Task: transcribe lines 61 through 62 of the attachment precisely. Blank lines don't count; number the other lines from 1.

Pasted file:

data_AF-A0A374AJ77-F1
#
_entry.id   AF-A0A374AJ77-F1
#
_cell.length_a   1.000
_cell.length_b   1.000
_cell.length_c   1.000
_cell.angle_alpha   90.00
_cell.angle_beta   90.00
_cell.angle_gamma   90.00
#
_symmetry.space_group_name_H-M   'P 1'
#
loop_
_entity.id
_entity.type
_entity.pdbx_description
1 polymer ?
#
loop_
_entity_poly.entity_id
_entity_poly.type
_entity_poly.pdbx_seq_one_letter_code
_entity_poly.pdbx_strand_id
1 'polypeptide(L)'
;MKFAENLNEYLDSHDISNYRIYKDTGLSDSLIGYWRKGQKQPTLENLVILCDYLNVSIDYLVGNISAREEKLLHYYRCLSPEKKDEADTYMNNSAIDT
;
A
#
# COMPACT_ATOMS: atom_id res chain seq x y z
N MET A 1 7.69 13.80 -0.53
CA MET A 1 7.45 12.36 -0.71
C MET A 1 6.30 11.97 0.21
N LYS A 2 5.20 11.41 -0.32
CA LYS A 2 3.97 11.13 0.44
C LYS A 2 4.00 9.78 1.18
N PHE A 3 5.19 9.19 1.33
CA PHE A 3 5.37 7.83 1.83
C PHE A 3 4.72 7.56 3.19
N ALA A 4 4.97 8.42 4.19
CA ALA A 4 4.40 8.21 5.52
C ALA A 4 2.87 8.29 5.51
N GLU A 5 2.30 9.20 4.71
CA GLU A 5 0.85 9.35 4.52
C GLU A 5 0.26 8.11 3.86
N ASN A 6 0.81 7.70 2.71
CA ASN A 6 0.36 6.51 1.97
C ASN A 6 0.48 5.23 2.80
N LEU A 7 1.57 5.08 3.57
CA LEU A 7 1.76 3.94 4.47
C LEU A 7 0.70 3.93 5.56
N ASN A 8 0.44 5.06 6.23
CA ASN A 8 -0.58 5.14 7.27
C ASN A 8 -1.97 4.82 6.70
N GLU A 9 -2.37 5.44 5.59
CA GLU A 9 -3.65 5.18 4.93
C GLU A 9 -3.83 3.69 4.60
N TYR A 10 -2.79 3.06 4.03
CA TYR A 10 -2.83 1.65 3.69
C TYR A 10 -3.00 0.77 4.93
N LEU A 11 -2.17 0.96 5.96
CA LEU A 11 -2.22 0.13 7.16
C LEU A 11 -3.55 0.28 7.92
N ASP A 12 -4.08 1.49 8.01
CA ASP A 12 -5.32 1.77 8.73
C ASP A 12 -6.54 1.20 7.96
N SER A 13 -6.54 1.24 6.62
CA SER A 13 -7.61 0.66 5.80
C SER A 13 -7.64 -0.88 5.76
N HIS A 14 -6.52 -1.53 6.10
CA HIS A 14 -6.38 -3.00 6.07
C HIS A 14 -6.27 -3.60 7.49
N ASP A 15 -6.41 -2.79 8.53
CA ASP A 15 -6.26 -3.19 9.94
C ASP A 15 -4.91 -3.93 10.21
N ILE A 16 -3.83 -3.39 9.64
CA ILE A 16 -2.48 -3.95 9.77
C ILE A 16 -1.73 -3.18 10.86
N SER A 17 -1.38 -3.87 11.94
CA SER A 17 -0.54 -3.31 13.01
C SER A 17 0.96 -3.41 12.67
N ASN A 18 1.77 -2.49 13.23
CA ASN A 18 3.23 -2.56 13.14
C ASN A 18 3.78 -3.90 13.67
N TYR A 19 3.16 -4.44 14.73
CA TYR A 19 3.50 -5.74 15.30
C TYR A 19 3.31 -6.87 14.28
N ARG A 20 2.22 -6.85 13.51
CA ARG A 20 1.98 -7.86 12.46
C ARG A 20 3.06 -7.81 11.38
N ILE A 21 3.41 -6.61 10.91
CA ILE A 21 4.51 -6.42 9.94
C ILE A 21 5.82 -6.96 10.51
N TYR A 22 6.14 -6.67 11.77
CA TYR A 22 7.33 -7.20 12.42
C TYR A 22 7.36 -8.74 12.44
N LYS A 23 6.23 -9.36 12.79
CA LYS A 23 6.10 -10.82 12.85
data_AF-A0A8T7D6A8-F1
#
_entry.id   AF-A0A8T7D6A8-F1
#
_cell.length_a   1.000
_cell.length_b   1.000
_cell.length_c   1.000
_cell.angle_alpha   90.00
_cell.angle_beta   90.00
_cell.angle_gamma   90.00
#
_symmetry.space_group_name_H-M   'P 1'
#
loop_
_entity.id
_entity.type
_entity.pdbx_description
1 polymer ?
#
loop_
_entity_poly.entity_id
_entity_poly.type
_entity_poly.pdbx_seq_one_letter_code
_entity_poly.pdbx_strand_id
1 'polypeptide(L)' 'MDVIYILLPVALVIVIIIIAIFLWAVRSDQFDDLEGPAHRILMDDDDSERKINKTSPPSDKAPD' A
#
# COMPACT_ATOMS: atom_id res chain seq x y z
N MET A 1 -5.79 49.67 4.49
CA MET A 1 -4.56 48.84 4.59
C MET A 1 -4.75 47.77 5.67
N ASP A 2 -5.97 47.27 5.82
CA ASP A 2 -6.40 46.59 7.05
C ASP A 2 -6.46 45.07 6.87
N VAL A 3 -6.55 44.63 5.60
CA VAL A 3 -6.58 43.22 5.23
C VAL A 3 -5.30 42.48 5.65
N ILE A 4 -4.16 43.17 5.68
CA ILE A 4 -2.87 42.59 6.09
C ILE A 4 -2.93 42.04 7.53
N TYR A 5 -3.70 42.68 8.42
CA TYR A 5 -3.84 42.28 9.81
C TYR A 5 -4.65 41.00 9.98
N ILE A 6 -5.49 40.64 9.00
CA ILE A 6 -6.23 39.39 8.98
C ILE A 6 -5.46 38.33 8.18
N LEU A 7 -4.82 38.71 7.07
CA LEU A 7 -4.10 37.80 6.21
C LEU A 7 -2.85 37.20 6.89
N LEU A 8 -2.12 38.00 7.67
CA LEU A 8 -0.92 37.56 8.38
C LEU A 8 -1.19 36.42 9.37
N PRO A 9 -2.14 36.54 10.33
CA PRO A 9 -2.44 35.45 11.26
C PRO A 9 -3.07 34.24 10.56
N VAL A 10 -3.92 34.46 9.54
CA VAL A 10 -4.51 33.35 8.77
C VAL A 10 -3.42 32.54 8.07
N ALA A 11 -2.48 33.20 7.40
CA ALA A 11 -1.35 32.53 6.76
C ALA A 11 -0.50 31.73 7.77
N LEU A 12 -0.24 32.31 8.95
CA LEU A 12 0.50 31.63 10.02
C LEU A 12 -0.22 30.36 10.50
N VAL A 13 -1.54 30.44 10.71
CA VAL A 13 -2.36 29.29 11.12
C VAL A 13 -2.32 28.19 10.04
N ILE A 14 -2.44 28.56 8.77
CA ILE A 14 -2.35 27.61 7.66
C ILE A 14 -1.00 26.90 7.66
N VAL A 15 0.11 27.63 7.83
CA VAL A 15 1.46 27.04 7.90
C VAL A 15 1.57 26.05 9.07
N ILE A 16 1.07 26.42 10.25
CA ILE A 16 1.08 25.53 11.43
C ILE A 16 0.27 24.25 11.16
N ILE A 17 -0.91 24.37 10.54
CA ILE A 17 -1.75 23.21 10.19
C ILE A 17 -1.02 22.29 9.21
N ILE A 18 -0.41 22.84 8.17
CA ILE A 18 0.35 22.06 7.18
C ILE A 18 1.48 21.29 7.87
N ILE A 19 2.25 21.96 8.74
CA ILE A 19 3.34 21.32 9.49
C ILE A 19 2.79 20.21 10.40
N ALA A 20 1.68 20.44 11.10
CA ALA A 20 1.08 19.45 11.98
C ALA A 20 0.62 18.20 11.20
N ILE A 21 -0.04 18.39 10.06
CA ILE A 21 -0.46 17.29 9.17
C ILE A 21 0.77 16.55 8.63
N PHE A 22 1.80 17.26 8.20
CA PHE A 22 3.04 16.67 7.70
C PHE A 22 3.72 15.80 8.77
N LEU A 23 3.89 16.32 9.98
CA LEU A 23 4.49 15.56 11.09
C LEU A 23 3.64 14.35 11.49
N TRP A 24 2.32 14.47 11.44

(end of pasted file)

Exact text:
N LEU A 11 -2.17 0.96 5.96
CA LEU A 11 -2.22 0.13 7.16